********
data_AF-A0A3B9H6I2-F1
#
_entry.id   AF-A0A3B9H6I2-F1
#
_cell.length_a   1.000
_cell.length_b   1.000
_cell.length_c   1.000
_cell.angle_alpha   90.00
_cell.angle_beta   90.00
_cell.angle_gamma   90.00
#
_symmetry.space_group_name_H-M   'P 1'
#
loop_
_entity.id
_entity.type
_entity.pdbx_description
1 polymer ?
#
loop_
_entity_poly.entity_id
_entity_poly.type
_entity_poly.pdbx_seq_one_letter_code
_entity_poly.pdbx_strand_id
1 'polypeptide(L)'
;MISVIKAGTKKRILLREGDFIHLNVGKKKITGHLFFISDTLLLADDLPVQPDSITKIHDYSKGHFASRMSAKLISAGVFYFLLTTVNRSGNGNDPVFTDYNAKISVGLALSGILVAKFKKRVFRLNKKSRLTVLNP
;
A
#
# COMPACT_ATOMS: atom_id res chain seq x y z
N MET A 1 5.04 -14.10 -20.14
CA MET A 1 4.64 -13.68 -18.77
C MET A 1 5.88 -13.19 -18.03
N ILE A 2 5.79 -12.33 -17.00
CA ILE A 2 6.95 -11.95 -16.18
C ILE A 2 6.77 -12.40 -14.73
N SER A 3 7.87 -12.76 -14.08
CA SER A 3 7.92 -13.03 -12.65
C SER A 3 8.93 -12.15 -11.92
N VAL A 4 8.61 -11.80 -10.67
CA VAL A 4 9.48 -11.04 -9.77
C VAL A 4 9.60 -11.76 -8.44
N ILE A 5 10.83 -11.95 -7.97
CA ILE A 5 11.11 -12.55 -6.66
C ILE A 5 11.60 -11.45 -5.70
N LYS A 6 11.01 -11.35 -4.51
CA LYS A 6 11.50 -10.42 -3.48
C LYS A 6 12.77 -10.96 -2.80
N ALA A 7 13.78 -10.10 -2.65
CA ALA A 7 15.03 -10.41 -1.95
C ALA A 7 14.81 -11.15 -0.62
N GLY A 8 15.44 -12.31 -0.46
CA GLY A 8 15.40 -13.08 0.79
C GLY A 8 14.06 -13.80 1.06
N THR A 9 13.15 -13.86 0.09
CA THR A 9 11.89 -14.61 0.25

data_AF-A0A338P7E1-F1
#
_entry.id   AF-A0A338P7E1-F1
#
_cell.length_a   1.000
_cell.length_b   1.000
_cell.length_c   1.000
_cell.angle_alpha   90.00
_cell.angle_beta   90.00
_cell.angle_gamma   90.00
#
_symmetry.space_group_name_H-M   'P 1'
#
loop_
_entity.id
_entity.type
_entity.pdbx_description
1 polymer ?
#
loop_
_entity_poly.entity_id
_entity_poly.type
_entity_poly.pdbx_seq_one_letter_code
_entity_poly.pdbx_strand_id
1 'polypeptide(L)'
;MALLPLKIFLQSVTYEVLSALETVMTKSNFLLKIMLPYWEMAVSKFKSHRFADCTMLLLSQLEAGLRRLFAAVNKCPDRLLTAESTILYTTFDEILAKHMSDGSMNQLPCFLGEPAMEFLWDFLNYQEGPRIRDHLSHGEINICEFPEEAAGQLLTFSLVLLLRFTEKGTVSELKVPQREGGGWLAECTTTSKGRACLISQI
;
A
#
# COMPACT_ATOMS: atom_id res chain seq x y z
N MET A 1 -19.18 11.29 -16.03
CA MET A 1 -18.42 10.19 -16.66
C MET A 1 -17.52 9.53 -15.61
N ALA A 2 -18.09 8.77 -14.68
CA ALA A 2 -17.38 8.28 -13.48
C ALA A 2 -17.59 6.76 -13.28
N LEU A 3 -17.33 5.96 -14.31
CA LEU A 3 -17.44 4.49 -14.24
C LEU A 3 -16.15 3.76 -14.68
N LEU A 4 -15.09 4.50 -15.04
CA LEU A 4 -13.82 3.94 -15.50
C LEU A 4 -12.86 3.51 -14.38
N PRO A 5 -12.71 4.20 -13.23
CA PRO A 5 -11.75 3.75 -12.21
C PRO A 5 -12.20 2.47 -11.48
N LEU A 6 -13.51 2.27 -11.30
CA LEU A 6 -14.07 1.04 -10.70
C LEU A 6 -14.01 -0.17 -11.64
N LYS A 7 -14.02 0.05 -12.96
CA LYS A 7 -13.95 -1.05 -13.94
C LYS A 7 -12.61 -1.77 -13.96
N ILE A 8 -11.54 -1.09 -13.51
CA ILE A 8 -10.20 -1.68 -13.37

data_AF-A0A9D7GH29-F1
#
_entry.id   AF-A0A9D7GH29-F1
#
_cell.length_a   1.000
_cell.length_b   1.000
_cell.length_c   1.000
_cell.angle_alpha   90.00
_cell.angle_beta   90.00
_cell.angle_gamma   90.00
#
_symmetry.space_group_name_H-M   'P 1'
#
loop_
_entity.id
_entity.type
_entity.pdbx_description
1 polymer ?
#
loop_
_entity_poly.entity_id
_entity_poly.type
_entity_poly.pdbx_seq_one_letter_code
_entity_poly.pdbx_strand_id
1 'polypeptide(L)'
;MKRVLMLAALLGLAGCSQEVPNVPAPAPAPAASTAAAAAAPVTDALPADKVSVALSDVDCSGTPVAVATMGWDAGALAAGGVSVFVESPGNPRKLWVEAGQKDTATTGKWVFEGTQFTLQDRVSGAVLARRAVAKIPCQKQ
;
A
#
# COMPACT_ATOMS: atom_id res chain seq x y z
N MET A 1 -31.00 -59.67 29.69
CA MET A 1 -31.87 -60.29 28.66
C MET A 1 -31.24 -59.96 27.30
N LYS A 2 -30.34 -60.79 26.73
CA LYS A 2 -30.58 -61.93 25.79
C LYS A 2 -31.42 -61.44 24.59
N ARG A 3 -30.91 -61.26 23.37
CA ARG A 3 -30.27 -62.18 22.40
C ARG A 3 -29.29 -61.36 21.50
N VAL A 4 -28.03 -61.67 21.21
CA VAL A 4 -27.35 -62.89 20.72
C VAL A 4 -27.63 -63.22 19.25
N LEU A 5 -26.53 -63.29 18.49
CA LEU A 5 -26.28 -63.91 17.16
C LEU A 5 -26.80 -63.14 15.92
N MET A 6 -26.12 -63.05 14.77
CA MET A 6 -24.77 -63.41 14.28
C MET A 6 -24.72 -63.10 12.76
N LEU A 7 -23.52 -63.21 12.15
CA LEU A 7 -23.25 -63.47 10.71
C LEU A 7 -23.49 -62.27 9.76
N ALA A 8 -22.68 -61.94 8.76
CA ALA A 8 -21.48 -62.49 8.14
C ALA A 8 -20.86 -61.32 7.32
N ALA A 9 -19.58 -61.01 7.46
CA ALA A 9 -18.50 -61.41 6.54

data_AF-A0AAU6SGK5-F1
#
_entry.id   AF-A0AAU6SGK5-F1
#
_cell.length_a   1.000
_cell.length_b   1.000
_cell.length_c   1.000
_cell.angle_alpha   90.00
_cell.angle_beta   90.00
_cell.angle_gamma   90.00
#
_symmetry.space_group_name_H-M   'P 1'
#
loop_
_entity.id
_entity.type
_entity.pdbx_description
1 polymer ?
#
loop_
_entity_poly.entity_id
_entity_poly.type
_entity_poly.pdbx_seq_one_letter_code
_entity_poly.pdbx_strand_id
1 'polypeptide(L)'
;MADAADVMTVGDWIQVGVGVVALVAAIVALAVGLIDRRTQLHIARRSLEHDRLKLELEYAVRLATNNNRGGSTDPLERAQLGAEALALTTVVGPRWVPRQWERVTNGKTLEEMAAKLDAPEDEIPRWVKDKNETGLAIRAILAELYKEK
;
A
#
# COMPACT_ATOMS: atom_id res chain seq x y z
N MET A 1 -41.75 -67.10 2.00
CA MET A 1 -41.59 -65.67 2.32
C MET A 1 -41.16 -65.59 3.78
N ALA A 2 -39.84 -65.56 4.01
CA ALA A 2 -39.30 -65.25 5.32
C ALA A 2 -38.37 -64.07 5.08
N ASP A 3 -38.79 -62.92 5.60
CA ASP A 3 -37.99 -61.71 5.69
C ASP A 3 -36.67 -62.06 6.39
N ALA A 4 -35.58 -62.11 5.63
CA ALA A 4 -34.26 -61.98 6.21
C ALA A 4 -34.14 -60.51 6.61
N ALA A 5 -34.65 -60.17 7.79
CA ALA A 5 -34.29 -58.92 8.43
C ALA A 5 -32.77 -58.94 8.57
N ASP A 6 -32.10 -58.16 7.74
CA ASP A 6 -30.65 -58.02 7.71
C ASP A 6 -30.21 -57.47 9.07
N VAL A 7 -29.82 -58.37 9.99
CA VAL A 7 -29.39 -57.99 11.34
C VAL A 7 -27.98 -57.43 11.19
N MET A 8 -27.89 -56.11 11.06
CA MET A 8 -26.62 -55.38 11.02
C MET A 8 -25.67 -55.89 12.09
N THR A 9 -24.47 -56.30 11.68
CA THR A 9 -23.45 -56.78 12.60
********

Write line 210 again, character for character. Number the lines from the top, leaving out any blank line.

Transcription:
C ALA A 5 -32.77 -58.94 8.57